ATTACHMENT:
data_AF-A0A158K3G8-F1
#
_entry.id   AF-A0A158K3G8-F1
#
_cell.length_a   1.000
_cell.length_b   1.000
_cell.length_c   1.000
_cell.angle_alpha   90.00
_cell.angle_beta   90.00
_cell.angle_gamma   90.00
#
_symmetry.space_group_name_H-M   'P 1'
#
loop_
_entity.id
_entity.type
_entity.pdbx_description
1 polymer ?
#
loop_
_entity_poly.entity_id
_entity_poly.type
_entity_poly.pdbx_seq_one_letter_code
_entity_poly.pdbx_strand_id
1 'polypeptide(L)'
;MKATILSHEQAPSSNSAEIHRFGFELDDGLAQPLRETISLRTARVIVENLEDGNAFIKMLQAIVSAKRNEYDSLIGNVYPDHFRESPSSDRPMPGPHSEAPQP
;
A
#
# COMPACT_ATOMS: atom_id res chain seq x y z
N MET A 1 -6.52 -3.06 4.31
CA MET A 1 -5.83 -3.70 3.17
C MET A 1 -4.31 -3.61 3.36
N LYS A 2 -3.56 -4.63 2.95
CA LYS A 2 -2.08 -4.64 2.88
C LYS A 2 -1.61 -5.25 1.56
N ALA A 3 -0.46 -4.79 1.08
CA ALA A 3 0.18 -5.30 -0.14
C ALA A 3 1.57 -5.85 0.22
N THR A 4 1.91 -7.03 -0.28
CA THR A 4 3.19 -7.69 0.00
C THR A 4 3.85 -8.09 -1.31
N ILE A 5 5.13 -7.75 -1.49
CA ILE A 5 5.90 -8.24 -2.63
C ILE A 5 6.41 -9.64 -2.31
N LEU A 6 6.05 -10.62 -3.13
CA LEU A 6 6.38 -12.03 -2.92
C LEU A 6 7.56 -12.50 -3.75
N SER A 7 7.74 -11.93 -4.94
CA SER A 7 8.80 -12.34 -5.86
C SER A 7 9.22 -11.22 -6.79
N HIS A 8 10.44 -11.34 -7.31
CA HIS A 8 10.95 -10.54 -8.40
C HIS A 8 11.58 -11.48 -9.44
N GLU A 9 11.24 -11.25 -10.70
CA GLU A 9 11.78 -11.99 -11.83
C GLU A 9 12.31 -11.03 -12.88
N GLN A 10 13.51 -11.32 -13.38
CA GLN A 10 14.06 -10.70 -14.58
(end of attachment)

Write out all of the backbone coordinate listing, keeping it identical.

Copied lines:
data_AF-A0A158K3G8-F1
#
_entry.id   AF-A0A158K3G8-F1
#
_cell.length_a   1.000
_cell.length_b   1.000
_cell.length_c   1.000
_cell.angle_alpha   90.00
_cell.angle_beta   90.00
_cell.angle_gamma   90.00
#
_symmetry.space_group_name_H-M   'P 1'
#
loop_
_entity.id
_entity.type
_entity.pdbx_description
1 polymer ?
#
loop_
_entity_poly.entity_id
_entity_poly.type
_entity_poly.pdbx_seq_one_letter_code
_entity_poly.pdbx_strand_id
1 'polypeptide(L)'
;MKATILSHEQAPSSNSAEIHRFGFELDDGLAQPLRETISLRTARVIVENLEDGNAFIKMLQAIVSAKRNEYDSLIGNVYPDHFRESPSSDRPMPGPHSEAPQP
;
A
#
# COMPACT_ATOMS: atom_id res chain seq x y z
N MET A 1 -6.52 -3.06 4.31
CA MET A 1 -5.83 -3.70 3.17
C MET A 1 -4.31 -3.61 3.36
N LYS A 2 -3.56 -4.63 2.95
CA LYS A 2 -2.08 -4.64 2.88
C LYS A 2 -1.61 -5.25 1.56
N ALA A 3 -0.46 -4.79 1.08
CA ALA A 3 0.18 -5.30 -0.14
C ALA A 3 1.57 -5.85 0.22
N THR A 4 1.91 -7.03 -0.28
CA THR A 4 3.19 -7.69 0.00
C THR A 4 3.85 -8.09 -1.31
N ILE A 5 5.13 -7.75 -1.49
CA ILE A 5 5.90 -8.24 -2.63
C ILE A 5 6.41 -9.64 -2.31
N LEU A 6 6.05 -10.62 -3.13
CA LEU A 6 6.38 -12.03 -2.92
C LEU A 6 7.56 -12.50 -3.75
N SER A 7 7.74 -11.93 -4.94
CA SER A 7 8.80 -12.34 -5.86
C SER A 7 9.22 -11.22 -6.79
N HIS A 8 10.44 -11.34 -7.31
CA HIS A 8 10.95 -10.54 -8.40
C HIS A 8 11.58 -11.48 -9.44
N GLU A 9 11.24 -11.25 -10.70
CA GLU A 9 11.78 -11.99 -11.83
C GLU A 9 12.31 -11.03 -12.88
N GLN A 10 13.51 -11.32 -13.38
CA GLN A 10 14.06 -10.70 -14.58